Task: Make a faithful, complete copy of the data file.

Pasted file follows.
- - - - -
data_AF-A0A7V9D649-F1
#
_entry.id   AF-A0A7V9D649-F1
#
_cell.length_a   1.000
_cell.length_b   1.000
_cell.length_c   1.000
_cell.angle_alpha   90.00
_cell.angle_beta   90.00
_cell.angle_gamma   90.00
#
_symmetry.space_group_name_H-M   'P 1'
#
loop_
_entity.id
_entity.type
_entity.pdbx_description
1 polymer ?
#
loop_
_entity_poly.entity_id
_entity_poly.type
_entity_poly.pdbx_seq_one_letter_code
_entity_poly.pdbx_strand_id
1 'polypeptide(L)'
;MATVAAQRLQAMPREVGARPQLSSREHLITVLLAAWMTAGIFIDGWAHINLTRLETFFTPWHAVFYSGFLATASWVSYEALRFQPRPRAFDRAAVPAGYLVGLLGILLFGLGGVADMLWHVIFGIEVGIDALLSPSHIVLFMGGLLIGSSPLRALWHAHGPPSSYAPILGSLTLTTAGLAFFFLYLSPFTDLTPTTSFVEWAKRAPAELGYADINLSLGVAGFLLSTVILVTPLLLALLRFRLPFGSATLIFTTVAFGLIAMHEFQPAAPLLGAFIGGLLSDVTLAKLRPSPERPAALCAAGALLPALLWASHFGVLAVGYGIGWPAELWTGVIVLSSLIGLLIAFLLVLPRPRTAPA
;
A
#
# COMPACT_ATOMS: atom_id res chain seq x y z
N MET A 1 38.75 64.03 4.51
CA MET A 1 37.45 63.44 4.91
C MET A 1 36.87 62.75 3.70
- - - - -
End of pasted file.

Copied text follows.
data_AF-A0A7V9D649-F1
#
_entry.id   AF-A0A7V9D649-F1
#
_cell.length_a   1.000
_cell.length_b   1.000
_cell.length_c   1.000
_cell.angle_alpha   90.00
_cell.angle_beta   90.00
_cell.angle_gamma   90.00
#
_symmetry.space_group_name_H-M   'P 1'
#
loop_
_entity.id
_entity.type
_entity.pdbx_description
1 polymer ?
#
loop_
_entity_poly.entity_id
_entity_poly.type
_entity_poly.pdbx_seq_one_letter_code
_entity_poly.pdbx_strand_id
1 'polypeptide(L)'
;MATVAAQRLQAMPREVGARPQLSSREHLITVLLAAWMTAGIFIDGWAHINLTRLETFFTPWHAVFYSGFLATASWVSYEALRFQPRPRAFDRAAVPAGYLVGLLGILLFGLGGVADMLWHVIFGIEVGIDALLSPSHIVLFMGGLLIGSSPLRALWHAHGPPSSYAPILGSLTLTTAGLAFFFLYLSPFTDLTPTTSFVEWAKRAPAELGYADINLSLGVAGFLLSTVILVTPLLLALLRFRLPFGSATLIFTTVAFGLIAMHEFQPAAPLLGAFIGGLLSDVTLAKLRPSPERPAALCAAGALLPALLWASHFGVLAVGYGIGWPAELWTGVIVLSSLIGLLIAFLLVLPRPRTAPA
;
A
#
# COMPACT_ATOMS: atom_id res chain seq x y z
N MET A 1 38.75 64.03 4.51
CA MET A 1 37.45 63.44 4.91
C MET A 1 36.87 62.75 3.70